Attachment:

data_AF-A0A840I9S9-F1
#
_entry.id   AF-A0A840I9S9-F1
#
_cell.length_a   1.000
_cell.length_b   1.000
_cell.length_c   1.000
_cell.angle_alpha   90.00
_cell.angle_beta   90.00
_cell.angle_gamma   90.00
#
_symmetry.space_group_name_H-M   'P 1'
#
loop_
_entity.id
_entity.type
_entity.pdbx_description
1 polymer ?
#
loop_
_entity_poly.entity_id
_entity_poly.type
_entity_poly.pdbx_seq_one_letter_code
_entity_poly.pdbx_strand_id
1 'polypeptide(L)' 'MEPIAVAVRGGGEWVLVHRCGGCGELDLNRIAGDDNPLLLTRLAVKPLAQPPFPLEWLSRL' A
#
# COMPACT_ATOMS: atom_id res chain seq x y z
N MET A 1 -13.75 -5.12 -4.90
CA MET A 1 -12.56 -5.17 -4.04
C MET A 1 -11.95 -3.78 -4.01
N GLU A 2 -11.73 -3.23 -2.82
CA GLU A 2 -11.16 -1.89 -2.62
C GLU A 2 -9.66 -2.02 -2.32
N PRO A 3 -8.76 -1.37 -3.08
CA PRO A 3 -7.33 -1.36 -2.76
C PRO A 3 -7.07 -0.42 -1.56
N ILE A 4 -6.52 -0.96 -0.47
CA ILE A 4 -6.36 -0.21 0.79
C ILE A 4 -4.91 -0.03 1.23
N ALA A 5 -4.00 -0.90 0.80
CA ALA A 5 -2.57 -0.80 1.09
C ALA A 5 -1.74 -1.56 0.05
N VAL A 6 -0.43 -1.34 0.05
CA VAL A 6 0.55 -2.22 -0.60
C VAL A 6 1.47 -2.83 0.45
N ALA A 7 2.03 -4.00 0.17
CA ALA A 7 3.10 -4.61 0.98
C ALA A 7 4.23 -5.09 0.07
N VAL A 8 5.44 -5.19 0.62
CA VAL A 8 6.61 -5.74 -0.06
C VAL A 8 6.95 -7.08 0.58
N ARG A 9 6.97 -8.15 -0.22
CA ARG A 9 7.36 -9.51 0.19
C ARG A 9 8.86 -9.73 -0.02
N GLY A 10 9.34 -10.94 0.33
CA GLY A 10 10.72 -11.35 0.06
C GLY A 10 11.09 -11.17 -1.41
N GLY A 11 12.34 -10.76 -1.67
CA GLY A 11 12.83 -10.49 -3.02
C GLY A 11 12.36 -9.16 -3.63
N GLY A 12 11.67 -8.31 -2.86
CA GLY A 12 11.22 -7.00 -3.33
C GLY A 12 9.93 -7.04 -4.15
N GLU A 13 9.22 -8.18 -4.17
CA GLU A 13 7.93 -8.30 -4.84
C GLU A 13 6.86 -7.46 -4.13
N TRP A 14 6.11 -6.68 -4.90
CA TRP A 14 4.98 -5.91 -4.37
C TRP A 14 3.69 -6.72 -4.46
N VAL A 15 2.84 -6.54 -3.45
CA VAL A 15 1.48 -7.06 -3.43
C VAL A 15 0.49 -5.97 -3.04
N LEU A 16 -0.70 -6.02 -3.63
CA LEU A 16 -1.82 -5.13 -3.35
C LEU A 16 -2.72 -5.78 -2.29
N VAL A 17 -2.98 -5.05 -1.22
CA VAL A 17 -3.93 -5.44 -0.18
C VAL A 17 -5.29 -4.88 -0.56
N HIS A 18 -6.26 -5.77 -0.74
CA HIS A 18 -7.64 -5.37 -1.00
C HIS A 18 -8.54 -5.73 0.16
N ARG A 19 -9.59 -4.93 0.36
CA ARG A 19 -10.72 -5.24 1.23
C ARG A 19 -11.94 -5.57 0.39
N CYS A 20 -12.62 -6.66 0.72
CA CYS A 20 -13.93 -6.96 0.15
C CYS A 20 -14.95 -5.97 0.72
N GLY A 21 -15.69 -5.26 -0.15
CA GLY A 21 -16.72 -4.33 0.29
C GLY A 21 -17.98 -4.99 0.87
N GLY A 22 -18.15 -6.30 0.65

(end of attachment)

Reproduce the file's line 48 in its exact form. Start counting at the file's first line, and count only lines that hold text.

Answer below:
C ALA A 7 4.23 -5.09 0.07